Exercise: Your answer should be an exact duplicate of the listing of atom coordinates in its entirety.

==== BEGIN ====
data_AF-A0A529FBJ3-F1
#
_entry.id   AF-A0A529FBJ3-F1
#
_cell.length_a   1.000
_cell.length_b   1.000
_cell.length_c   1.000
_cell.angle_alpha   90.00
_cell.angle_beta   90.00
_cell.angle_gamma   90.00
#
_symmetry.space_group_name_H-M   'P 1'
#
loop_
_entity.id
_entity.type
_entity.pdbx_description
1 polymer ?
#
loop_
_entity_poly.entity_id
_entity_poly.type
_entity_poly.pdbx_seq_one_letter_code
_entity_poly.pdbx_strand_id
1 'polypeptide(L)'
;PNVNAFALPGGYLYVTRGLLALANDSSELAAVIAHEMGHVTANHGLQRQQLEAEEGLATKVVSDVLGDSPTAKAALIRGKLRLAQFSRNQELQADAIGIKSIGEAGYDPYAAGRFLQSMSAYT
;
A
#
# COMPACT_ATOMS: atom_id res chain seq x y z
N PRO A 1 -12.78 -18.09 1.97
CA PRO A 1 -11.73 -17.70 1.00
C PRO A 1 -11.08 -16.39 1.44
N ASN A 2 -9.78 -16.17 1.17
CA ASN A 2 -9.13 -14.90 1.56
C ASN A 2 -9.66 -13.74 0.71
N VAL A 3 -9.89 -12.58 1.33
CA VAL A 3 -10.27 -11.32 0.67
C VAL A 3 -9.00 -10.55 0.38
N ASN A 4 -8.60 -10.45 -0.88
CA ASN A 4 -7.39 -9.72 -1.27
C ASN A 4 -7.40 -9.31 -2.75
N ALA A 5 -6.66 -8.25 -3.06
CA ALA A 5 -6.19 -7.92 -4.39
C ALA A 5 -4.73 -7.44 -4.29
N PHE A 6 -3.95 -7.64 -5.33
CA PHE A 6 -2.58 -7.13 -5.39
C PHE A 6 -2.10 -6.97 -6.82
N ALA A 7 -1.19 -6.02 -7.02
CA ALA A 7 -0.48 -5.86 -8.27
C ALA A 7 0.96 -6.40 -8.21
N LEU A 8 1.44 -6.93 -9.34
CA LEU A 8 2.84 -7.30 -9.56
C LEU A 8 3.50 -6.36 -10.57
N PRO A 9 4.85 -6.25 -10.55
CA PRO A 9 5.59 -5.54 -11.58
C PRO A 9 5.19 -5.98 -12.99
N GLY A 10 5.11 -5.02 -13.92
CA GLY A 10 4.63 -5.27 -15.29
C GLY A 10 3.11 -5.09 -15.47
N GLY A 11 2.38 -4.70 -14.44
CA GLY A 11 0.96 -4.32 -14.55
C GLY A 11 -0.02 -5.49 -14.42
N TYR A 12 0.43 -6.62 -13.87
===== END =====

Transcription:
data_AF-A0A529FBJ3-F1
#
_entry.id   AF-A0A529FBJ3-F1
#
_cell.length_a   1.000
_cell.length_b   1.000
_cell.length_c   1.000
_cell.angle_alpha   90.00
_cell.angle_beta   90.00
_cell.angle_gamma   90.00
#
_symmetry.space_group_name_H-M   'P 1'
#
loop_
_entity.id
_entity.type
_entity.pdbx_description
1 polymer ?
#
loop_
_entity_poly.entity_id
_entity_poly.type
_entity_poly.pdbx_seq_one_letter_code
_entity_poly.pdbx_strand_id
1 'polypeptide(L)'
;PNVNAFALPGGYLYVTRGLLALANDSSELAAVIAHEMGHVTANHGLQRQQLEAEEGLATKVVSDVLGDSPTAKAALIRGKLRLAQFSRNQELQADAIGIKSIGEAGYDPYAAGRFLQSMSAYT
;
A
#
# COMPACT_ATOMS: atom_id res chain seq x y z
N PRO A 1 -12.78 -18.09 1.97
CA PRO A 1 -11.73 -17.70 1.00
C PRO A 1 -11.08 -16.39 1.44
N ASN A 2 -9.78 -16.17 1.17
CA ASN A 2 -9.13 -14.90 1.56
C ASN A 2 -9.66 -13.74 0.71
N VAL A 3 -9.89 -12.58 1.33
CA VAL A 3 -10.27 -11.32 0.67
C VAL A 3 -9.00 -10.55 0.38
N ASN A 4 -8.60 -10.45 -0.88
CA ASN A 4 -7.39 -9.72 -1.27
C ASN A 4 -7.40 -9.31 -2.75
N ALA A 5 -6.66 -8.25 -3.06
CA ALA A 5 -6.19 -7.92 -4.39
C ALA A 5 -4.73 -7.44 -4.29
N PHE A 6 -3.95 -7.64 -5.33
CA PHE A 6 -2.58 -7.13 -5.39
C PHE A 6 -2.10 -6.97 -6.82
N ALA A 7 -1.19 -6.02 -7.02
CA ALA A 7 -0.48 -5.86 -8.27
C ALA A 7 0.96 -6.40 -8.21
N LEU A 8 1.44 -6.93 -9.34
CA LEU A 8 2.84 -7.30 -9.56
C LEU A 8 3.50 -6.36 -10.57
N PRO A 9 4.85 -6.25 -10.55
CA PRO A 9 5.59 -5.54 -11.58
C PRO A 9 5.19 -5.98 -12.99
N GLY A 10 5.11 -5.02 -13.92
CA GLY A 10 4.63 -5.27 -15.29
C GLY A 10 3.11 -5.09 -15.47
N GLY A 11 2.38 -4.70 -14.44
CA GLY A 11 0.96 -4.32 -14.55
C GLY A 11 -0.02 -5.49 -14.42
N TYR A 12 0.43 -6.62 -13.87